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Data mining is now used to set insurance rates; critics cry foul

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Insurance is a different kind of product. You need it to get a mortgage and you're supposed to have it to drive a car. That's why the industry is highly regulated.

You might not like the price you pay for your home or auto insurance policy, but by law those premiums must be based on actuarial risk—the expected cost to provide you that coverage.

Some insurance companies now use sophisticated software to help them set their rates. The industry says the process, called "price optimization," is simply a way to be more efficient. Consumer advocates believe it's being used to get around risk-based pricing.

The Consumer Federation of America (CFA) and the Center for Economic Justice call price optimization an "unfair and discriminatory" way to overcharge policyholders and they want the process banned.

Robert Hunter, CFA's director of insurance, says price optimization is a data mining tool that lets insurance companies figure out which groups of customers are more likely to accept a price increase and which are more likely to shop around for a new policy.

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Hunter, a former Texas insurance commissioner, claims this allows insurers to predict if they could get away with higher rates on low-income customers who have fewer market choices because of factors such as where they live, their socioeconomic status or their financial literacy.

"What we're seeing here is a way to take advantage of the fact that some people don't shop for insurance and that's wrong." Hunter said. "It produces unfairly discriminatory rates which are illegal."

If you have two people with the exact same risk factors, Hunter explained, they should be charged the same rate. But using price optimization, the customer who is tagged as the one least likely to switch carriers in the face of a rate hike would be charged more.

"It's wrong, because it unfairly discriminates," he said.

Birny Birnbaum, executive director of the Center for Economic Justice, calls price optimization "a euphemism for price gouging."

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"It's unfair because it has nothing to do with your cost to the system—your likelihood of a claim—and everything to do with your market power or lack of market power," Birnbaum said.

The insurance industry insists there is nothing nefarious about price optimization.

Robert Hartwig, president of the Insurance Information Institute, said the process does not discriminate and does not abandon the core principle of risk-based pricing. It simply provides "more precision in the process associated with pricing and it allows insurers in an analytical way to deal with what-if scenarios."

"I take issue with the notion that somehow there's something going on here that disadvantages consumers, when in fact consumers have more information at their fingertips than they ever had before in the history of the insurance industry," Hartwig said. "The notion that poor people are somehow disadvantaged by this is equally absurd."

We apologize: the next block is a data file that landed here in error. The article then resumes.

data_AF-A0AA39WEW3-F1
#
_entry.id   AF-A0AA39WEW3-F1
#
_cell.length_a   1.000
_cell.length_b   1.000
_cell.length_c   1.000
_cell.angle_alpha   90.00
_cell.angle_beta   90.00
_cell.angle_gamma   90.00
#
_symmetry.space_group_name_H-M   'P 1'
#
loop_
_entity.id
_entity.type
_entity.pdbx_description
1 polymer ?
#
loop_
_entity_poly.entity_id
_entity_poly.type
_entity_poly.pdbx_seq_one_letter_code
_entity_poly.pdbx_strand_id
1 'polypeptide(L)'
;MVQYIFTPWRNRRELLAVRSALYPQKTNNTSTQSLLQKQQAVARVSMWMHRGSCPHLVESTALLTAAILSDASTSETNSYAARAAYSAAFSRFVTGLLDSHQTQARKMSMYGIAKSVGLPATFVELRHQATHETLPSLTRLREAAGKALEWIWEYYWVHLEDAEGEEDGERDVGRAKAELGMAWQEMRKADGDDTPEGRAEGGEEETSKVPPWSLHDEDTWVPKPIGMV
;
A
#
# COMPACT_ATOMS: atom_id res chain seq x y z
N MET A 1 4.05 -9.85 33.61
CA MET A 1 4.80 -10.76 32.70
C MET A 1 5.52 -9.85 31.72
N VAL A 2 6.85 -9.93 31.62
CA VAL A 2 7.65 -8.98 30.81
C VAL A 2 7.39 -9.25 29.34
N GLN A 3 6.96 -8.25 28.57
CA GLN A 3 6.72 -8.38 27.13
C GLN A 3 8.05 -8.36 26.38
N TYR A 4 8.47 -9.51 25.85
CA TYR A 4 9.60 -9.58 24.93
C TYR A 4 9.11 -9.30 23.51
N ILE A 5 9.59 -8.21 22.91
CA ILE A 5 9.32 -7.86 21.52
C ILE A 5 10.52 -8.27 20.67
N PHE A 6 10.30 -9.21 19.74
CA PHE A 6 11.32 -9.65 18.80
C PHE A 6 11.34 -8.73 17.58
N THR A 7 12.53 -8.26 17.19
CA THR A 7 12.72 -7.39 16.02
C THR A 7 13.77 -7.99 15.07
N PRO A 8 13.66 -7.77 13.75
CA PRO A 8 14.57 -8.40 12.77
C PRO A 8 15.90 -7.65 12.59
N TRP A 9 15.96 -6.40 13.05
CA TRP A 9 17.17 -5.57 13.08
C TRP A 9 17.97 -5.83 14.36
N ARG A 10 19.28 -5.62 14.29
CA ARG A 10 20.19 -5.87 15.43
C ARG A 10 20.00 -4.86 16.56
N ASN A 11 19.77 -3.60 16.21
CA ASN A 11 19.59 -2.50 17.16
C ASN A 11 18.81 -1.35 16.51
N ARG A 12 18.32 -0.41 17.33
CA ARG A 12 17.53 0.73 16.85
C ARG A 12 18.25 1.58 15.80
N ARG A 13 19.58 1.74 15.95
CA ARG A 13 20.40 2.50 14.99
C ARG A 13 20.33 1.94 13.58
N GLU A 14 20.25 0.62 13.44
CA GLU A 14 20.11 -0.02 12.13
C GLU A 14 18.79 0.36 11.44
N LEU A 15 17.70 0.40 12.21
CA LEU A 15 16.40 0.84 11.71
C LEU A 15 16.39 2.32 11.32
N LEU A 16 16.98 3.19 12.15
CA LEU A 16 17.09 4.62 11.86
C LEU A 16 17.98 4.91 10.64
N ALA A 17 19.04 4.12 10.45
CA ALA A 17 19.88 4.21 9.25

So, how widespread is this practice?

There's no way to know for sure which companies use price optimization because they are not required to provide this information to state regulators—and they don't.

A 2013 marketplace survey done by Earnix, a global leader in price optimization, found that 26 percent of all auto insurance companies and 45 percent of the large insurance companies (more than $1 billion in annual revenue) in North America currently optimize their prices. An additional 36 percent of all companies surveyed said they plan to do this in the near future.

Meryl Golden, Earnix's general manager for North America, told CNBC.com there is no reason for companies to disclose when they use these analytics for price setting.

"Nothing has changed; prices are still based on risk," Golden said. "Price optimization is a statistical technique that's used by insurance companies to augment their judgment and make better decisions in the rate-setting process. And the same actuarial, regulatory and consumer protection standards apply as they always have."

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Critics say price optimization is all about maximizing profits and they point to a 2012 Earnix advertisement in Best's Review magazine that featured Golden. "Companies that adopt price optimization realize substantial financial benefits," it said.

Both Earnix and the Insurance Information Institute claim the insurance market has never been more competitive or transparent about pricing, and they don't see what all the fuss is about.

Last month the Consumer Federation of America and the Center for Economic Justice presented their findings to a meeting of the National Association of Insurance Commissioners (NAIC) and called on them to immediately prohibit the use of price optimization software.

No one from NAIC would talk to CNBC.com about price optimization. In an email, a spokesperson said the group will continue looking into the issue.

"It's pretty astonishing that there hasn't been a rapid response from insurance regulators to stop the practices," the Center for Economic Justice's Birnbaum said. "Why don't they see the urgency in this?"

—By CNBC contributor Herb Weisbaum. Follow him on Facebook and Twitter @TheConsumerman or visit The ConsumerMan website.

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